What are micronutrients?
Micronutrients are nutrients that are vital for life but unlike macronutrients they are only required in very small amounts.VitaminsWhat are vitamins?
Vitamins are organic compounds required by humans in small amounts from the diet.
Why do they matter to me?
The term vitamin is derived from the words vital and amine as vitamins are required for life.
Vitamins are essential for the normal growth and development of a multicellular organism. Once growth and development are completed, vitamins remain essential micronutrients for the healthy maintenance of the cells, tissues, and organs that make us up.Did you know?
Vitamins are classified as either water-soluble or fat-soluble.
In humans there are 15 vitamins:
How were they discovered?
- 5 fat-soluble (A, D, E, and K1, K2) - You should eat these with some fat
- 10 water-soluble (9 B vitamins and vitamin C) – cook these with as little water as possible as the goodness leeches out into the water
The value of eating a certain food to maintain health was recognised long before vitamins were identified.
Famously in 1747, the Scottish surgeon James Lind discovered that citrus foods cured scurvy, a particularly deadly disease in which collagen is not properly formed, causing poor wound healing, bleeding of the gums, severe pain, and death.
In 1753, Lind published his Treatise on the Scurvy, which recommended using lemons and limes to not only cure but prevent scurvy, which was much later adopted by the British Royal Navy.
Later it was discovered that vitamin C was the vital micronutrient that ended the scourge of scurvy.
During the late 19th and early 20th centuries, the use of deprivation studies allowed scientists to isolate and identify a number of vitamins.
Lipid from fish oil was used to cure rickets in rats, and the fat-soluble nutrient was called "antirachitic A". Thus, the first "vitamin" bioactivity ever isolated, which cured rickets, was initially called "vitamin A"; however, the bioactivity of this compound is now called vitamin D.Minerals
What are minerals?
Minerals are elements that originate in the Earth and cannot be made by living organisms. Plants obtain minerals from the soil, and most of the minerals in our diets come directly from plants or indirectly from animal sources.
Why do they matter to me?
Minerals play an essential role in the communication between our cells, for example calcium acts as a messenger between the cells of our brain.
Minerals are predominantly used by the body to: build strong bones and teeth, control body fluids inside and outside cells, regulate our heartbeat and turn the food we eat into energy.
They also maintain the internal balance of our bodies so they we remain in a stable and healthy state when external conditions around us change.
Some minerals such as iodine are described as trace elements as we need them in such small quantities however they are still vital to preserve our lives.How should I get them?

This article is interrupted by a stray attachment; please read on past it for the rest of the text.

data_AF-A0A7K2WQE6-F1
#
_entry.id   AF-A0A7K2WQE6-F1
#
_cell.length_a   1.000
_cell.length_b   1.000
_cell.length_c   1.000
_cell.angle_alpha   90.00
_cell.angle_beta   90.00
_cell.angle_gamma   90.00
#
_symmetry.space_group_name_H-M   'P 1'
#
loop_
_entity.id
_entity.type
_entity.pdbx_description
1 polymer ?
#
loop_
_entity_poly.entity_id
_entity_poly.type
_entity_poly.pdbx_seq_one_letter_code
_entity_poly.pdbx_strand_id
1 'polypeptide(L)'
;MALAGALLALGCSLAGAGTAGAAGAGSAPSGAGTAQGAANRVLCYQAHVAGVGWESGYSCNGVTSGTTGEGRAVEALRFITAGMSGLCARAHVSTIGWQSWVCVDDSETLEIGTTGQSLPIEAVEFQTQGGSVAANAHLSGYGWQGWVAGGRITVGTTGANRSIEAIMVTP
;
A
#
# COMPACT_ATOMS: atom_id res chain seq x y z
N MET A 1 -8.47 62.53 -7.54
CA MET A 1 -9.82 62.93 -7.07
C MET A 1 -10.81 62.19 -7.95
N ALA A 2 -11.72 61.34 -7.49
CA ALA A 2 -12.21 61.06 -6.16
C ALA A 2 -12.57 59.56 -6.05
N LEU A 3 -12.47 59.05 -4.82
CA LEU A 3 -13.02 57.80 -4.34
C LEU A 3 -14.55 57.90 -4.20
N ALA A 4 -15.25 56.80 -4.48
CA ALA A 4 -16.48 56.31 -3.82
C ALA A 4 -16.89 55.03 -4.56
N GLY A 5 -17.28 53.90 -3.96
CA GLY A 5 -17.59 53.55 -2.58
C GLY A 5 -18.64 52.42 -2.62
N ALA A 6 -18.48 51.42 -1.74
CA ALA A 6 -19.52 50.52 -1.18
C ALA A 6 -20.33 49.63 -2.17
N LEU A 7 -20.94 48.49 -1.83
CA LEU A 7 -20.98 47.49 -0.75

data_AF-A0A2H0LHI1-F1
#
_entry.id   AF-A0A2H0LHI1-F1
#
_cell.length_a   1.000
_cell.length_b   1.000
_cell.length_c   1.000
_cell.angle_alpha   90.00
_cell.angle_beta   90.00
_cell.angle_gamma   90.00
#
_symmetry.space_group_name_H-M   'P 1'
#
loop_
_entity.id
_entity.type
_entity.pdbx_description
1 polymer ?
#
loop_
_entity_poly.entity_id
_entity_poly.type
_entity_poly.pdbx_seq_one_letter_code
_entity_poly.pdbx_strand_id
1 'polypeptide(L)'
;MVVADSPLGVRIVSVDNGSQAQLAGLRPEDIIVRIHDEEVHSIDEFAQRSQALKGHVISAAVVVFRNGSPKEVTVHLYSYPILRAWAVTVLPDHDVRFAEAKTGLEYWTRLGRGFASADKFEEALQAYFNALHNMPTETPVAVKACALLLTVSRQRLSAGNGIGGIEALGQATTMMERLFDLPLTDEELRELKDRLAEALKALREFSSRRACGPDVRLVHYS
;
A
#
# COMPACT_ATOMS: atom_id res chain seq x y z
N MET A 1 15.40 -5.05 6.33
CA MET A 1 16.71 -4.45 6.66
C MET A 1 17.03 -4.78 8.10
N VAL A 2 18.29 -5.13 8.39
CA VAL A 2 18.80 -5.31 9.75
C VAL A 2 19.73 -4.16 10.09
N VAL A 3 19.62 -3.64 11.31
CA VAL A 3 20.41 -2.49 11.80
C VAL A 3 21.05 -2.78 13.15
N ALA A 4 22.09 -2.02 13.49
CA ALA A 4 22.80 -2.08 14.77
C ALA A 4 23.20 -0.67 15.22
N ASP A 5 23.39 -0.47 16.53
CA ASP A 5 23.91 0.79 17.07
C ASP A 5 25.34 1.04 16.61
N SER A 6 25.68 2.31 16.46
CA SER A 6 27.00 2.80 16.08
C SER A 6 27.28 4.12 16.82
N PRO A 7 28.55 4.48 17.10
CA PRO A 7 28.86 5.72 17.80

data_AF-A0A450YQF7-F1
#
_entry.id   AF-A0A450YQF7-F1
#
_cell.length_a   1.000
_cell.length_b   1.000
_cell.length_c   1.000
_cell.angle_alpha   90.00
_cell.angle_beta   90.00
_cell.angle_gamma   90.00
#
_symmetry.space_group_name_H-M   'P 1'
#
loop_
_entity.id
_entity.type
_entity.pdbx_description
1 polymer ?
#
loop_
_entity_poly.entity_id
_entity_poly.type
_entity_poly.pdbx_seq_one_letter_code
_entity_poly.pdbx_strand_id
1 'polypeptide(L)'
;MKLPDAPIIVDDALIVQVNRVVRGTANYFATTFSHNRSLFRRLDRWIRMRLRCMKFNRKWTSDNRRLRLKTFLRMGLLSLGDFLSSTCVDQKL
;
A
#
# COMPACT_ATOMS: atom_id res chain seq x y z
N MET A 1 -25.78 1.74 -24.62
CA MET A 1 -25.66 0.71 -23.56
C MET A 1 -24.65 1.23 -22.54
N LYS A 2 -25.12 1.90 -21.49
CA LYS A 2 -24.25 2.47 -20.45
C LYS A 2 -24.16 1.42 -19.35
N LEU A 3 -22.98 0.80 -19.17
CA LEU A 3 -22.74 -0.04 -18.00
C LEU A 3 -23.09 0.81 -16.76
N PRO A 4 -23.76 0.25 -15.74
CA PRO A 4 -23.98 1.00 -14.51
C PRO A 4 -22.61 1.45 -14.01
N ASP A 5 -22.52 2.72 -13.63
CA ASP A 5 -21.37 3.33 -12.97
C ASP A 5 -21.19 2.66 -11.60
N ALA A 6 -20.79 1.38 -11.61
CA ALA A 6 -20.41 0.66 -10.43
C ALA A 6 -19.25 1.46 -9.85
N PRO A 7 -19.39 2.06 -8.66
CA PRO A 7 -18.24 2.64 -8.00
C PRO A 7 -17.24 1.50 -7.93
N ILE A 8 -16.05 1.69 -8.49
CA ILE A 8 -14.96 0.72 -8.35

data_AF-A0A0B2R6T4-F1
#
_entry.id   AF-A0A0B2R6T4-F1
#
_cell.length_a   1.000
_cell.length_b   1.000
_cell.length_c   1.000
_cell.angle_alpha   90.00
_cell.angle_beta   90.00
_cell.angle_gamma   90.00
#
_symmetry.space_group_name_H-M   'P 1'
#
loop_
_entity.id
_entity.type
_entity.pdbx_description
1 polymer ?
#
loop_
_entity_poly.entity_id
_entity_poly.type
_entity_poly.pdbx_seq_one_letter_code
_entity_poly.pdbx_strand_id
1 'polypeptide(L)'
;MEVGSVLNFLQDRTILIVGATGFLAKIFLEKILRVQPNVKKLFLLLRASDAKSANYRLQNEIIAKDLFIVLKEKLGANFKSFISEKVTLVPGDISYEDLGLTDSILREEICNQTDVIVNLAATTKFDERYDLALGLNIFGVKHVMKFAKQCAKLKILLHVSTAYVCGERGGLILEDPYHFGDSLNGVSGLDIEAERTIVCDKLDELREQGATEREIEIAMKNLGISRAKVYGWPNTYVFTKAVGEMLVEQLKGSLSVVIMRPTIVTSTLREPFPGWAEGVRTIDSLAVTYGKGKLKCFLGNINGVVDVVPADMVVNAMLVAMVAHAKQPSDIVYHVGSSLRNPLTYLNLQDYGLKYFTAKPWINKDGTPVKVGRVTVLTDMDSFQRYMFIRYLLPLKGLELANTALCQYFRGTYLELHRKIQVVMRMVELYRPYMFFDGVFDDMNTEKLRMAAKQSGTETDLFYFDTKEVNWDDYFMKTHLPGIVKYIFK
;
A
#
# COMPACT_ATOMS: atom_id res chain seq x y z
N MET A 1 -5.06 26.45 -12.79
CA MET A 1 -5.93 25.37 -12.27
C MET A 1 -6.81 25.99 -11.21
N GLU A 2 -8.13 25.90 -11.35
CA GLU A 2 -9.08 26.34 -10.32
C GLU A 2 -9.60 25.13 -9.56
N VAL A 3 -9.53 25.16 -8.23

Dieticians recommend that dietary minerals are best supplied by eating specific foods rich with the minerals of interest. Phytochemicals
What are phytochemicals?
Phytochemicals are chemicals produced by plants. These are the chemicals that plants use to defend themselves against disease.
For example, plants protect themselves against bacteria, fungi, viruses and cell damage with phytosterols, carotenoids, flavonoids, isothiocyanates and similar chemicals. Research has shown that these same chemicals can prove equally beneficial to the human body, helping in areas like cancer, heart disease and diabetes prevention. Can phytochemicals protect against cancer?
The National Cancer Institute has determined in laboratory studies that more than 1,000 different phytochemicals possess cancer-preventive activity.
It is estimated that there could be more than 100 different phytochemicals in just a single serving of vegetables. Numerous cell-culture and animal model studies have been conducted to evaluate the ability of specific edible plants to prevent cancer.
As early as 1980, the NCI’s Chemoprevention Programme began evaluating phytochemicals for safety, efficacy and applicability for cancer prevention.
Michael Sporn coined the term ‘chemoprevention’ in the mid 1970s to describe the strategy of blocking or slowing the onset of tumours with relatively nontoxic chemical substances.
The NCI has more than 400 potential agents under investigation and is sponsoring more than 65 Phase I, Phase II and Phase III chemoprevention trials. These involve various substances or their mixtures, many of which are foodborne phytochemicals. Are phytochemicals antioxidants?
Phytochemicals are often accredited as being antioxidants, however their antioxidant (cleansing) activity is far less powerful than their positive influence on cell signalling. Healthy cell signalling is vital in the prevention of the distortions that lead to cancer.
Studies have consistently shown that diets high in fruit and vegetables reduce the risk of chronic disease, however the complex interactions between recognised and unidentified phytochemicals is not yet fully understood.
Evidence that very high doses in the form of supplements of individual phytochemicals are beneficial is inconsistent and weak adding to the argument to eat naturally to maximise the as yet not fully understood interactions between phytochemicals.
How we group phytochemicals on checkyourfood.com
Phytochemicals on checkyourfood.com have been grouped into flavonoids, isoflavones, phytosterols, lycopene and lutein and zeaxanthin.
We have also highlighted some specific phytochemicals from within these groups such as quercetin as studies have been conducted into them specifically.